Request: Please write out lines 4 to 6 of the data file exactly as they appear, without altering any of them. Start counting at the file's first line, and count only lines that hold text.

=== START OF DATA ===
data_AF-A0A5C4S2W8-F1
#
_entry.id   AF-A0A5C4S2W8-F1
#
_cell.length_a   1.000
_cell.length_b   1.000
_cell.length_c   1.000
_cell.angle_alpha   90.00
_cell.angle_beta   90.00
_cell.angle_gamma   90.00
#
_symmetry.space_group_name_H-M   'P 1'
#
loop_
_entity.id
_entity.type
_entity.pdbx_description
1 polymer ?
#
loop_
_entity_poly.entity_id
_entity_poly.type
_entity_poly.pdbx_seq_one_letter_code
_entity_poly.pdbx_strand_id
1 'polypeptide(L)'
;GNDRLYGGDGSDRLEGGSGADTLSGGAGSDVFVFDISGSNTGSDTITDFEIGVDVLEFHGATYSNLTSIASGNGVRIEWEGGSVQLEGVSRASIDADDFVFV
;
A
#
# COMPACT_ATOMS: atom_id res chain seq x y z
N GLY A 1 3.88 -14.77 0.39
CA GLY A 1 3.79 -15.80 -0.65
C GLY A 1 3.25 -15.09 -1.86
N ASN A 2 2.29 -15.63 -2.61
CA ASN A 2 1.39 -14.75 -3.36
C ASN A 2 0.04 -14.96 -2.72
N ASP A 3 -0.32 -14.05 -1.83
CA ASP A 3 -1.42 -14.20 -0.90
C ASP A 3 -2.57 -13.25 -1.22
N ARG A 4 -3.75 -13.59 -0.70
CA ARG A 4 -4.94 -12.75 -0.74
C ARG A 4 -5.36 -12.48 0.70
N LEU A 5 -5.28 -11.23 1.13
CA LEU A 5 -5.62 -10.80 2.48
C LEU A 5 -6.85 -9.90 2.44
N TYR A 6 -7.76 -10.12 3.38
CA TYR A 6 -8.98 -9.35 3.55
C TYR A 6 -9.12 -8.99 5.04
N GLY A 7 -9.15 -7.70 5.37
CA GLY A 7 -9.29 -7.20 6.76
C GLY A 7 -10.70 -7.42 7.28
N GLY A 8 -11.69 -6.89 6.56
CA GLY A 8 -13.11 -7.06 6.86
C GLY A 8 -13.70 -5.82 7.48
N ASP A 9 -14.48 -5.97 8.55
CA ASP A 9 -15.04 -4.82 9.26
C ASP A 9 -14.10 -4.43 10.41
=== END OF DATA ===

#
_cell.length_a   1.000
_cell.length_b   1.000